Hundreds turn out for anti-Israel march in London

With heavy police presence, demonstrators carry signs and banners accusing Israel of genocide and ethnic cleansing.

June 18, 2017 18:43
1 minute read.
Participants in London's annual Al Quds March in support of the Palestinian people

Participants in London's annual Al Quds March in support of the Palestinian people. (photo credit: screenshot)


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Several hundred people took part in the controversial anti-Israel “Al Quds Day” March in London on Sunday.

Waving Palestinian flags and shouting cries of “end the occupation” and “Boycott Israel,” the participants came out to protest Israel's existence and accuse the Jewish state of maltreatment of the Palestinians in the West Bank and Gaza.

The crowd – made up of local Muslims, ultra-Orthodox Jews belonging to the anti-Zionist Naturei Karta sect and left-wing activists – marched down the road, carrying signs and banners accusing Israel of genocide and ethnic cleansing, all under the watchful eyes of scores of police officers.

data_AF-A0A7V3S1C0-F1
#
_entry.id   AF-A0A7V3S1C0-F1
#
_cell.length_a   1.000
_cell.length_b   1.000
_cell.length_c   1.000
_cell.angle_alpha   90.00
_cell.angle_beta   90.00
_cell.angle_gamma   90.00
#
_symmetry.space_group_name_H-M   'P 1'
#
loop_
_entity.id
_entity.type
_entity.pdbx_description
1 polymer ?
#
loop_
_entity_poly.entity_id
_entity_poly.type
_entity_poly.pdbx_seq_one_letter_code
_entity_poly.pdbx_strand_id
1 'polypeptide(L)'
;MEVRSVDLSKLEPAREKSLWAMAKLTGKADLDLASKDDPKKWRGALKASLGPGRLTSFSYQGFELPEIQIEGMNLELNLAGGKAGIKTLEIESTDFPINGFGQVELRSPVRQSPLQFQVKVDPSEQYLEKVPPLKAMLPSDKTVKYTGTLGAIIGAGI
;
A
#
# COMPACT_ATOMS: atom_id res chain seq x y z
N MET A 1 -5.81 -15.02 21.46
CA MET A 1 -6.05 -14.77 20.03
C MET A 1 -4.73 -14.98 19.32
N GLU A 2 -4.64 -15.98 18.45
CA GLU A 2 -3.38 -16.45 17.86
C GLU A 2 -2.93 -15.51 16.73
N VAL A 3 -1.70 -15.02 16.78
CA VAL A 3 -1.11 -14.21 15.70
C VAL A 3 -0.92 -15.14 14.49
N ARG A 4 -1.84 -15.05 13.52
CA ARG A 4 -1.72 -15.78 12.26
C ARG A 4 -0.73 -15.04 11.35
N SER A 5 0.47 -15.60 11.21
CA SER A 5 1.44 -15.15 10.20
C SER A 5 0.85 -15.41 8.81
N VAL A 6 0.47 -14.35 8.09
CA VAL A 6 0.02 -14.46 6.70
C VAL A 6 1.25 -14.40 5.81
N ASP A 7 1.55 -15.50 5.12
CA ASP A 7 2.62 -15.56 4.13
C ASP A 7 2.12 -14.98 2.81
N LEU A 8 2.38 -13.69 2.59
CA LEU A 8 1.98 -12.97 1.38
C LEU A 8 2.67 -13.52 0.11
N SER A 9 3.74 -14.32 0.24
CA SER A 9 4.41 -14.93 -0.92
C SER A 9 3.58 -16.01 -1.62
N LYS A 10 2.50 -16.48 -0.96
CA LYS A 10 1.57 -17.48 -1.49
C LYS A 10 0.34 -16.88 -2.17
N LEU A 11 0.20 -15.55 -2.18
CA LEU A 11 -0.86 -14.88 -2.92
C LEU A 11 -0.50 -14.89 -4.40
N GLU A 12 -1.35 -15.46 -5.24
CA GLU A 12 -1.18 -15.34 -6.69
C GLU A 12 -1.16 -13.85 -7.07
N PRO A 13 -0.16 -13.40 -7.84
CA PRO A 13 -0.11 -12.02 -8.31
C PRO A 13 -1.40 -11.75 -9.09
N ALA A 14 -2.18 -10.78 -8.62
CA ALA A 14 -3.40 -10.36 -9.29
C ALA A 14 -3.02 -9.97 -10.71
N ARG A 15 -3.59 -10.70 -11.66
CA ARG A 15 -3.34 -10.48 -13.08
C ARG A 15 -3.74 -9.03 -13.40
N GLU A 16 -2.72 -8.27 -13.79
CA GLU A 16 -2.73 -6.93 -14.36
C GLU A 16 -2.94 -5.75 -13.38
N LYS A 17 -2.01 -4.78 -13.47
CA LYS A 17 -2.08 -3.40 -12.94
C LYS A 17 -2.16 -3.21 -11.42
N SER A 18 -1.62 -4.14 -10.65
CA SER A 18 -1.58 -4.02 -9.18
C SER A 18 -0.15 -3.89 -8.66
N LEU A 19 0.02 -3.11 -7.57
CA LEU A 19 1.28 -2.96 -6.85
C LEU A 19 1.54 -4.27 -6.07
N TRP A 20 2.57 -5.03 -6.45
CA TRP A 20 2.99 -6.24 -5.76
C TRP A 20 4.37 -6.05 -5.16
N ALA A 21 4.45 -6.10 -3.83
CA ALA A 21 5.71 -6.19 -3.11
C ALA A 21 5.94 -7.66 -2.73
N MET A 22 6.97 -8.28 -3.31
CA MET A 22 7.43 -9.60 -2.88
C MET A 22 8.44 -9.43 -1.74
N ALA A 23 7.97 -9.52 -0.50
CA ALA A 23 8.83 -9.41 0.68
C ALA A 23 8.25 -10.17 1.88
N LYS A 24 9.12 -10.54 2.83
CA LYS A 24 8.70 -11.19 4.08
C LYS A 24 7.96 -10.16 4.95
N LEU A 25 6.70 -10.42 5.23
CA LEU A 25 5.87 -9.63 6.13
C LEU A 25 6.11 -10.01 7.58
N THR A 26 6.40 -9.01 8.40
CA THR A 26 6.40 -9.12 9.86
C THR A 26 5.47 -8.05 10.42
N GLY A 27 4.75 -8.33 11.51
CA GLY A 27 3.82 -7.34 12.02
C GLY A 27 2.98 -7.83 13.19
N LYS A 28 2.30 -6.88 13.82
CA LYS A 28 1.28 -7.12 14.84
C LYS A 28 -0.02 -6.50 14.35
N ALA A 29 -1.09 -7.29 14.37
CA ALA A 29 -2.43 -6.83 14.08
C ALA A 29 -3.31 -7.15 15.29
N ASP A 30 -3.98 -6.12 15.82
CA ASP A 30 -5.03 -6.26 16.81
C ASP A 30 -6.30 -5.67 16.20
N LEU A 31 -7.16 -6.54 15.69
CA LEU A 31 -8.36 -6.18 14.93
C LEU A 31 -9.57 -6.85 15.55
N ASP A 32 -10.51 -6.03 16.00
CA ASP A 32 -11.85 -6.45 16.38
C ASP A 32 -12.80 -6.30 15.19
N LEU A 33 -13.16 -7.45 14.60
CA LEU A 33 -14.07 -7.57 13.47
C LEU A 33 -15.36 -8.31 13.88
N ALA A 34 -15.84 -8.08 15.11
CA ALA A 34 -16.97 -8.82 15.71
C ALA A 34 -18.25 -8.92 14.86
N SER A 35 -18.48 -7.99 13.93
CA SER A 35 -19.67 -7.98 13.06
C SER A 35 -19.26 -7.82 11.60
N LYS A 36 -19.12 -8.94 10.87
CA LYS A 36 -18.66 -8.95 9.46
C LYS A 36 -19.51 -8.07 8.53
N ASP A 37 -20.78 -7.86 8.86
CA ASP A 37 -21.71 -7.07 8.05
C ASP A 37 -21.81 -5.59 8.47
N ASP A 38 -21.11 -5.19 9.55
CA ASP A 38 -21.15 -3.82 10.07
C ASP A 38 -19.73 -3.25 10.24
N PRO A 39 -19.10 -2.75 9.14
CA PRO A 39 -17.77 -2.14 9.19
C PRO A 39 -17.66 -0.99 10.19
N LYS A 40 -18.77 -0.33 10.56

A smaller counter-protest was held by Israeli supporters, mostly members of the local Jewish and Israeli community, but also included right-wing activists who yelled “terrorists” toward the marchers. Police managed to keep the sides separated to prevent clashes.

Pro-Israel advocates had called on London Mayor Sadiq Khan to cancel the rally in the British capital due to concerns that the march displayed images of antisemitism and terrorism. Nearly 10,000 people signed a petition to have the march canceled.

“After the terrible recent terrorist events in Manchester and London, this display of extremism has no place on the streets of the UK,” stated the petition launched by the North West Friends of Israel. “Allowing this march to go ahead will send a worrying message to the UK’s Jewish community and call into question the commitment of the Mayor of London to eradicate extremism and antisemitism.”

The online appeal culminated by urging London's mayor to ban the “Al Quds Day” march, and pointed to Khan’s previous condemnations of terrorism in urging him to demonstrate “that your words are backed up by your actions.”

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